The Living Atlas of the World, included with ArcGIS, gives you access to maps and layers from Esri, Esri partners, and thousands of ArcGIS users from around the world. These maps and layers cover a diversity of geographies from global to national to local and topics that range from land cover to live traffic. The Living Atlas is actively curated by Esri staff members who identify, select, and organize the most useful maps and layers so they are easily accessed.
It is organized into categories: Imagery, Basemaps, Community Maps, People (various aspects of human geography), the Earth (e.g., landforms, elevation, geology, soils, oceans, climate, natural hazards), and Life (e.g., ecoregions, wetlands, vegetation, protected areas).
The imagery collection is one of the richest and most popular. It includes basemap, multispectral, temporal, and event imagery layers that support a variety of maps, applications, and use cases.
Imagery Varies by Pixel and Temporal Resolution
The imagery available through ArcGIS is intended to support a range of use cases for visualization and analysis, whether you are studying global climate change, performing vegetation analysis, or comparing potential site locations.
Global scale imagery is supplied to ArcGIS Online from two sources. The global 250 m (i.e., meter per pixel) Moderate-Resolution Imaging Spectroradiometer (MODIS) imagery from the National Aeronautics and Space Administration (NASA) is updated in its entirety on a daily basis. Global 15–30 m Landsat 8 imagery from the United States Geological Survey (USGS) is updated every 16 days. The best scenes in each update are automatically selected and archived.
Higher-resolution imagery is available for a large portion of the earth’s landmass. Imagery at 1m resolution from the United States Department of Agriculture Farm (USFA) Service Agency (FSA) National Agriculture Imagery Program (NAIP) is available for the continental United States. Each state is updated at least every three years.
This imagery supplements the World Imagery basemap in ArcGIS Online, which includes 15 m or 2.5 m imagery for the world and high-resolution imagery of 1 m or better that covers approximately three- quarters of the world’s landmass and more than 90 percent of its population. High-resolution imagery in the World Imagery basemap comes from a variety of commercial and contributor sources. Commercial sources include DigitalGlobe and Airbus. Contributor sources include jurisdictions at various levels such as the country of Denmark, state of Maine, and the city of Berlin. Esri selects and publishes the best available imagery based on image currency, resolution, and quality.
If the image layers already available in ArcGIS Online don’t meet your specific requirements, premium image layer packages can be licensed through ArcGIS Marketplace. These premium packages include imagery from DigitalGlobe, RapidEye, and a unique new offering from Airbus that lets you select individual scenes from its growing archive of 0.5 m imagery or task a new scene to be acquired in a time frame you specify.
More on Key Imagery Offerings
These descriptions summarize key imagery offerings currently available through ArcGIS Online.
This popular basemap provides 1 m or higher-resolution satellite and aerial imagery for many parts of the world and lower-resolution satellite imagery worldwide. The map includes 15 m TerraColor imagery at small- and mid-scales and 2.5 m SPOTMaps Imagery for the world. The map features 0.3 m resolution imagery in the continental United States and parts of western Europe supplied by DigitalGlobe. Additional DigitalGlobe submeter imagery is available for portions of South America, eastern Europe, India, Japan, the Middle East and North Africa, South Africa, Australia, and New Zealand. Submeter Pléiades imagery is available in select urban areas globally. Built with the best available data from a variety of sources, the World Imagery basemap includes local authoritative data provided by many users through the Esri Community Maps Program. It is freely available to all ArcGIS users.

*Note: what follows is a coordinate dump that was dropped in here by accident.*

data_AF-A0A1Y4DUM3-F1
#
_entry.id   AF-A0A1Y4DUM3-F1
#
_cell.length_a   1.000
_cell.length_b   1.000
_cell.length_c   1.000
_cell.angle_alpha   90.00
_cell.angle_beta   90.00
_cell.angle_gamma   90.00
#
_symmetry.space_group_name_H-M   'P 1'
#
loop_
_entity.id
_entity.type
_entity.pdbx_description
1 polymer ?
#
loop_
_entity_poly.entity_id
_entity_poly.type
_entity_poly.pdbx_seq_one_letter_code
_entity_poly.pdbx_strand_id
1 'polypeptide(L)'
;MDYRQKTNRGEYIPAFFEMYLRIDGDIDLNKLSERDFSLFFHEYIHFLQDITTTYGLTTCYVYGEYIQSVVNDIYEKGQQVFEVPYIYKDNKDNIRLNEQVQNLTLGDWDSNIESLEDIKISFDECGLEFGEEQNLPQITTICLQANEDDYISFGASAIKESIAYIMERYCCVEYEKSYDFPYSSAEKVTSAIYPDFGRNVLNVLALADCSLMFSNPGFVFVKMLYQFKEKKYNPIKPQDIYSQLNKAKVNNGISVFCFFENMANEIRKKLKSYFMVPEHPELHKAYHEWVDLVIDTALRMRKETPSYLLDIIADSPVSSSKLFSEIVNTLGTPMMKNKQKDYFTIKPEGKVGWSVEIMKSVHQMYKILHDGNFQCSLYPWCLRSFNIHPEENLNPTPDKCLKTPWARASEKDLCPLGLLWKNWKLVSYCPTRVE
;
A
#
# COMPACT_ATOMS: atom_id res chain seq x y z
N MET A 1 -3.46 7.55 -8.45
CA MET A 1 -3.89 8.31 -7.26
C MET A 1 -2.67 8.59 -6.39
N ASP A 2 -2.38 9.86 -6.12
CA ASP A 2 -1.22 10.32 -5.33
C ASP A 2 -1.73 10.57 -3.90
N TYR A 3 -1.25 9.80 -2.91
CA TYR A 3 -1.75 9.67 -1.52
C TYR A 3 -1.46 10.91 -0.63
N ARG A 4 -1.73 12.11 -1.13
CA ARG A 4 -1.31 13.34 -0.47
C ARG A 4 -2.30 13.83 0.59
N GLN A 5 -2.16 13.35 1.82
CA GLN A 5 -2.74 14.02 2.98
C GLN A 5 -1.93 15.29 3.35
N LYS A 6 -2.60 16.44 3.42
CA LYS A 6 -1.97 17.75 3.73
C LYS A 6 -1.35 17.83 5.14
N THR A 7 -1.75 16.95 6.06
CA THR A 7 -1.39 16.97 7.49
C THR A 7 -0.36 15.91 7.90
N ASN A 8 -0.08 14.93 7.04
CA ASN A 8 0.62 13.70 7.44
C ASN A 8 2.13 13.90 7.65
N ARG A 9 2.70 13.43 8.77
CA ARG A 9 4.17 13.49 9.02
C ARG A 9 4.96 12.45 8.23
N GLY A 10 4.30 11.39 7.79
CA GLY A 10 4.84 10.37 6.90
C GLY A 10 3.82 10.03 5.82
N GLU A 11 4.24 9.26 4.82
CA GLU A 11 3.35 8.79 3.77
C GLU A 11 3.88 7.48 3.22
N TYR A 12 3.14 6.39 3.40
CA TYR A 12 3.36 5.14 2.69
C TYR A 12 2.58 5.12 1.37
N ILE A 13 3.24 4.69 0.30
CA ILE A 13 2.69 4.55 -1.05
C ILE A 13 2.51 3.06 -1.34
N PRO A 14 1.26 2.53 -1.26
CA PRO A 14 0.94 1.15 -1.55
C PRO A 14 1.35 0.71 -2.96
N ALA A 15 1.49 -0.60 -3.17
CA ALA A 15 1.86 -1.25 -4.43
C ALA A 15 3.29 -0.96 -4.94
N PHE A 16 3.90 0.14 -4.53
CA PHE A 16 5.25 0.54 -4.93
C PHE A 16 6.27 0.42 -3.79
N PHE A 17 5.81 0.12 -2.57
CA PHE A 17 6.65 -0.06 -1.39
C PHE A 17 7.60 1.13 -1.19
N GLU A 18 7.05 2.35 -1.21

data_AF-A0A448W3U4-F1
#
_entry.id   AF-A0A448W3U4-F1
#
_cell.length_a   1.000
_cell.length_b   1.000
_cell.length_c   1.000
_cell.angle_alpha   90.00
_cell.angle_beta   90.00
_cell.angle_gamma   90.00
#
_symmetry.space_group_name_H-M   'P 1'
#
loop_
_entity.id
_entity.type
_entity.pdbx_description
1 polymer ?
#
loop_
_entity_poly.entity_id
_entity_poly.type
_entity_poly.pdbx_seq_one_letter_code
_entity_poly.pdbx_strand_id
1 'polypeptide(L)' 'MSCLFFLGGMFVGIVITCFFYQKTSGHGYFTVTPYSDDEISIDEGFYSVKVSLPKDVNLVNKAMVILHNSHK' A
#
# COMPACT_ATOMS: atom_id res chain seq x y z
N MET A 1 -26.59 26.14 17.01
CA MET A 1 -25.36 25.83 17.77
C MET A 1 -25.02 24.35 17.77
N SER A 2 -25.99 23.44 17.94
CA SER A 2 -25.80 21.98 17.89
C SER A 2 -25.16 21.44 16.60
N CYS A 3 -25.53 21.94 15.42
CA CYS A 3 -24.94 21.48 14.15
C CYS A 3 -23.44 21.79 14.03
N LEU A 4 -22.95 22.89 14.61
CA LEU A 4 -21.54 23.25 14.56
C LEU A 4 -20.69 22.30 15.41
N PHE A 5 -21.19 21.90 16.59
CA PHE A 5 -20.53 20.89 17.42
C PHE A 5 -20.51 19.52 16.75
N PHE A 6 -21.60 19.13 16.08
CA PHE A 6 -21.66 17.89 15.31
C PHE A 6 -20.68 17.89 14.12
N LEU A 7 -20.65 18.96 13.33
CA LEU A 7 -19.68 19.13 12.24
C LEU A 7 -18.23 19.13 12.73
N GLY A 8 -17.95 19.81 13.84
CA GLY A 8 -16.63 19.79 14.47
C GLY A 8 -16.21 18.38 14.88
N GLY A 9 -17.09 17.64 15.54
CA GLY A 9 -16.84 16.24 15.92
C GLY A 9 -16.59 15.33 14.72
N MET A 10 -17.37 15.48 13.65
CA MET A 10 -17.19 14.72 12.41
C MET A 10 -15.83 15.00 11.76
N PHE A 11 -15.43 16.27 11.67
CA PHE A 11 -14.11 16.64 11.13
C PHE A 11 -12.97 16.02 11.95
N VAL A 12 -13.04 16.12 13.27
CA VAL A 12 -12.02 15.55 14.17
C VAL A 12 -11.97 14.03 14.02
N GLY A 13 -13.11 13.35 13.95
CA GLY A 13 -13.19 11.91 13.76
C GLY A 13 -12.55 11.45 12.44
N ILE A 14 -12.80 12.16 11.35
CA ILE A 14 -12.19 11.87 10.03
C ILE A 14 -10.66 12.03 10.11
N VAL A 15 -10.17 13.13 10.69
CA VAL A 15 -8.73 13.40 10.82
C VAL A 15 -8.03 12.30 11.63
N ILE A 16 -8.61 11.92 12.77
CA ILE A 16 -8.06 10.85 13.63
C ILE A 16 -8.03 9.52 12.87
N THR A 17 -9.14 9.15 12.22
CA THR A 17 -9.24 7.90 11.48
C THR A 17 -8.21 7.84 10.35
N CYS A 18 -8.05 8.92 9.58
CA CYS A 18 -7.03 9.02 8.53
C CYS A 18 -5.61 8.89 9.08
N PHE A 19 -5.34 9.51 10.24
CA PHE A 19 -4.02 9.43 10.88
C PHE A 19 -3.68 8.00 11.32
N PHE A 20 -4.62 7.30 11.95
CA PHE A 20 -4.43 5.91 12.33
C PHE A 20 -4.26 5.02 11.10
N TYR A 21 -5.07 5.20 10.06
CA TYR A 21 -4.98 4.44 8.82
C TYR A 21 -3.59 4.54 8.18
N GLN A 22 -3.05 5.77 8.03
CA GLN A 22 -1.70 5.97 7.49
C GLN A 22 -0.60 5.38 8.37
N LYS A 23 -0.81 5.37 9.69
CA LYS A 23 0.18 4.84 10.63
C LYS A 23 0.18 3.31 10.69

US NAIP Imagery
Maps and layers built using NAIP high-resolution (1 m) imagery for the United States provide access to the most recent NAIP imagery for each state, which is based on a three-year cycle (currently 2010–2013). It is updated annually as new imagery is made available. This imagery is published in four bands (RGB and near infrared) where available with the option to display the imagery as false color to show the infrared (IR) band or display the Normalized Difference Vegetation Index (NDVI), which shows the relative biomass of an area. NAIP imagery is available to users with an ArcGIS Online subscription, but its use accrues no credit fee.
Landsat 8 Imagery
Maps and layers featuring recent Landsat 8 scenes cover the landmass of the world and are used for visual interpretation. Landsat 8 collects new scenes for each location on earth every 16 days. Esri-hosted maps and layers are updated on a daily basis with the latest and best scenes (i.e., those with limited cloud cover) from the USGS. Landsat 8 imagery is available to users with an ArcGIS Online subscription, but its use accrues no credit fees.
MODIS maps and layers feature 250 m resolution imagery for the world is updated on a daily basis. These services provide access to a subset of the NASA Global Imagery Browse Services (GIBS), a set of standard services for delivering global, full-resolution satellite imagery. These maps and layers are freely available to all ArcGIS users.
View, Use, Contribute
Get familiar with the imagery layers available through the Living Atlas by visiting the Living Atlas Imagery: Gallery. If you have more current or higher-resolution imagery you believe would improve the World Imagery basemap, visit goto.arcgisonline.com/community-maps or e-mail email@example.com.